Recordings describe professor's plan to kill his wife and stepson

Ex-Loyola educator made tapes days before deaths

`I want her to suffer'

May 25, 2004|By Julie Bykowicz | Julie Bykowicz,SUN STAFF

SHREWSBURY TOWNSHIP, Pa. - A few days before Rita Hofler and her 17-year-old son, Kevin Gehring, were found shot to death here, the woman's estranged husband began to make a series of digital voice recordings.

Retired Loyola College professor Donald B. Hofler talks about his finances and his funeral arrangements. He says that, at age 70, he no longer wants to live.

And, in a recording played yesterday in a Pennsylvania courtroom, he discusses his plan to kill his wife of 15 years. "Rita's supposed to come over tomorrow," Hofler, who is charged in the slayings, says in a low, groggy voice on the recording. "If she does, it may well be her last day on Earth. If Kevin comes along, it'll be his."

Pennsylvania State Police believe the message was taped April 24, the day before state troopers found Rita Hofler, a 48-year-old Harford County elementary school teacher, and her son, an 11th-grader at Susquehannock High School, dead inside the family's ranch-style home on Penny Lane, just north of the Mason-Dixon line.

York County district attorneys played about 30 minutes of digital recordings at a preliminary hearing yesterday. A judge ruled that Donald Hofler, originally charged with criminal homicide, should stand trial on first-degree murder charges.

Hofler bowed his head and wept through much of the hearing. His lawyer, Thomas L. Kearney III, later said of the recordings: "They were obviously very difficult to hear. My client was undergoing a tremendous amount of stress at that time."

Trooper Christopher Mumma, the lead investigator in the case, testified that the recorder, alongside a note addressed to Donald Hofler Jr. in Fort Worth, Texas, was found in the kitchen the day of the killings.

Authorities were summoned to the Penny Lane home that Sunday afternoon by Donald Hofler Jr. and his wife, who called police about 1:30 p.m. after receiving a call in which Donald Hofler told his son that "he killed them both" and that Rita Hofler and her son were "lying in his house dead," according to an affidavit of probable cause filed with the court.

Pennsylvania state troopers entered the home about 5 p.m. that evening and found Rita Hofler and her son dead in recliners in the living room, Mumma said in court. Both had been shot several times, he said.

Troopers also found four handguns in the house and casings from two of them on the floor near the bodies.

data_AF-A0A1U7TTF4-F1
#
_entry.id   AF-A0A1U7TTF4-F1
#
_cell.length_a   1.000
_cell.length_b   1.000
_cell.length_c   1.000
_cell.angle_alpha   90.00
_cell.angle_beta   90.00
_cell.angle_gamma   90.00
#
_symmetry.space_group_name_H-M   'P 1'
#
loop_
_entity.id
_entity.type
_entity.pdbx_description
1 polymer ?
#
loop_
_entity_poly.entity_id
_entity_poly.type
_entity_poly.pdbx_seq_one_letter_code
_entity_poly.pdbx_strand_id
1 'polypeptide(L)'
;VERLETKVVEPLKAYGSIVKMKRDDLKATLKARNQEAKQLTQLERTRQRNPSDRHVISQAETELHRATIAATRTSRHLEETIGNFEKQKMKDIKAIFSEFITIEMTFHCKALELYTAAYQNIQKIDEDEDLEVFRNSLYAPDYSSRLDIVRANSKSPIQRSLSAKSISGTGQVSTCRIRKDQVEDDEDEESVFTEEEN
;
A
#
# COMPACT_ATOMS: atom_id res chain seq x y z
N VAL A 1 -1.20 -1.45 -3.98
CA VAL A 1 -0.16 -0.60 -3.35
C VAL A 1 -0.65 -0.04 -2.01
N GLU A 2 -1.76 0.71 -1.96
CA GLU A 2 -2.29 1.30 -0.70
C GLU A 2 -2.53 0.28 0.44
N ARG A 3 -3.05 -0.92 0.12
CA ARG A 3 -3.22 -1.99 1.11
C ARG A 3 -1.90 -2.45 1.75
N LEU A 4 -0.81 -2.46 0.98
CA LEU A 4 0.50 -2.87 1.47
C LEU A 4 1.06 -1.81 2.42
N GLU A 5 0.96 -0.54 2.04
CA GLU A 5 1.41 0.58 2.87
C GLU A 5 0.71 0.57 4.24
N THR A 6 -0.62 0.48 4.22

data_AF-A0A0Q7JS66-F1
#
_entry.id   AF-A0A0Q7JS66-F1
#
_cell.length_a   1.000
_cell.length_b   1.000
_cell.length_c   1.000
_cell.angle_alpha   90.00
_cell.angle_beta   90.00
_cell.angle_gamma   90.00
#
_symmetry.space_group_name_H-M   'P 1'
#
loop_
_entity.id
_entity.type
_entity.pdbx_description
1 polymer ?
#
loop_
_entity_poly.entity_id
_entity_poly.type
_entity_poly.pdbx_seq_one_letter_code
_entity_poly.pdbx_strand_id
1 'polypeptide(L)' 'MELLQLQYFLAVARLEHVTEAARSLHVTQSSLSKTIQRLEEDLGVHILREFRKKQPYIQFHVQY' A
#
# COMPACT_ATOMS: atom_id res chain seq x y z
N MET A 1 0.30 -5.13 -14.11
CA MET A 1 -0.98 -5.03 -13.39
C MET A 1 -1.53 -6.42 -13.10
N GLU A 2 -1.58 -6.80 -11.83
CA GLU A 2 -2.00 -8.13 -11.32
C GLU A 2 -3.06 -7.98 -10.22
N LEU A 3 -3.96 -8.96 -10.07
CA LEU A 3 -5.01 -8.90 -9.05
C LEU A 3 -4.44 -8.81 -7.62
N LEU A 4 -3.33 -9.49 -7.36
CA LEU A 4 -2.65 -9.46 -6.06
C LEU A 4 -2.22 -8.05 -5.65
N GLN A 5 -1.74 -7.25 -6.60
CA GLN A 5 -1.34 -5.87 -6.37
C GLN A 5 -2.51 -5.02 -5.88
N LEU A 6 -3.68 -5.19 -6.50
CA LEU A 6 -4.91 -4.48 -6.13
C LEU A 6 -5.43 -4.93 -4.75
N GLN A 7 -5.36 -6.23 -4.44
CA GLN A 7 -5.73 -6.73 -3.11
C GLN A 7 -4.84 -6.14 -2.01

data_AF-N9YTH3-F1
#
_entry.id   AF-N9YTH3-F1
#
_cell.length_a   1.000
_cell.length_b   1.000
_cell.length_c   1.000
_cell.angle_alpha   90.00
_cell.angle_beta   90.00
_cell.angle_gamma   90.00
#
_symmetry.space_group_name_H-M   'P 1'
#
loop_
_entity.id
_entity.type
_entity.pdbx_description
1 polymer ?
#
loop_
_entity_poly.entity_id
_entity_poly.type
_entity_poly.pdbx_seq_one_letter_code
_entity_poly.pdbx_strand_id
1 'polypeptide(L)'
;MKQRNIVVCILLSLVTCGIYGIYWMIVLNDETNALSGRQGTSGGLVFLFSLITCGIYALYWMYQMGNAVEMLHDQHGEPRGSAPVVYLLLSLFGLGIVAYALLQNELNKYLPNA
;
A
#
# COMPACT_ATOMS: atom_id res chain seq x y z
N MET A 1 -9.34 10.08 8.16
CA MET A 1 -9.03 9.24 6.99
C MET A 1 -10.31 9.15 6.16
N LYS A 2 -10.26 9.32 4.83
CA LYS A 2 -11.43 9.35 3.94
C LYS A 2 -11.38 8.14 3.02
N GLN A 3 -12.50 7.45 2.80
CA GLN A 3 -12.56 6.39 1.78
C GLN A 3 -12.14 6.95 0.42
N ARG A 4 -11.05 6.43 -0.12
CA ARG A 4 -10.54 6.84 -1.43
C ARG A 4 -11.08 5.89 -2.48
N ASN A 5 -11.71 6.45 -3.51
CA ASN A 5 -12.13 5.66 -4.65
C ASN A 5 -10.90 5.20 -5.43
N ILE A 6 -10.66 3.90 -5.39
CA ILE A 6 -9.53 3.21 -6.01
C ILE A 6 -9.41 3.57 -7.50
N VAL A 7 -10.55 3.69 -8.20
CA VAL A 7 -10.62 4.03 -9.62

Donald Hofler was conscious and lying on the floor of the living room, Mumma said.

State police said Hofler told them he had taken 120 tablets of Valium, and he was transported to York Hospital.

Upon his release from the hospital three days later, he was transferred to York County Prison, where he is being held without bail.

With District Court Justice Vera J. Heilman's ruling yesterday that the case can proceed, a formal arraignment will soon be scheduled in the county's Court of Common Pleas in York. Hofler will enter a plea at that time.

First Assistant District Attorney Timothy J. Barker said prosecutors are still deciding whether to pursue the death penalty.

"It is a consideration for us," he said.

Donald Hofler, a renowned reading professor and authority on the history of the English alphabet, told friends that he was upset that his wife and her son had moved out about a month earlier. She filed for divorce, but Hofler had persuaded her to come to the house April 25 to talk.

Rita Hofler had worked in Harford County's public schools for 20 years and had taught at North Bend Elementary School in Jarrettsville since 1991.

She met Hofler when she took his reading class at Loyola. The two married in February 1989.

The night before her visit, Hofler made a lengthy recording in which he says: "I have already made the decision that I will kill her," and "I want her to suffer the way that I have been suffering."

Hofler sounds sedated and can be heard crying in the recordings. He refers to having taken Valium and Ambien in an effort to sleep.

Much of the audio is of Hofler apologizing to his two adult sons. "I may not have the guts to do it, but if I do, please forgive me."

He leaves detailed instructions about his will and his finances. He asks them to sell his house and to spend the money generously on their families.

Hofler retired from Loyola College in 2000, after instructing reading teachers for 27 years. He urged the teachers to use phonics, a method in which people learn to associate letters with the speech sounds they represent, in their classroom instruction.

Former students said he always made an impact in the classroom - at times standing at the chalkboard and writing upside down and backward with both hands.

Hofler recordings

Donald B. Hofler made six digital voice recordings in the days before his wife and her son were killed in their Shrewsbury, Pa., home. He has been charged with first-degree murder. Here are excerpts from the recordings:

From a recording made the night before the killings:

"Tomorrow will probably be the most significant day of my life. I have already made the decision that I will kill her. ... I want her to suffer the way that I have been suffering."

Later: "If she comes, she's dead. ... I have never hurt so badly as this in all of my life."

From a recording made several days before the killings:

"I know ... you want me to send the guns, but I have more guns than you can ever imagine." (He is addressing his eldest son, Donald Hofler Jr., in Fort Worth, Texas.)

From the first recording, believed to have been made four days before the killings:

"I can't do this anymore. ... I may not have the guts to do it, but if I do, please forgive me."

"It's not a coward's way out. It takes more courage to do this than you can realize."

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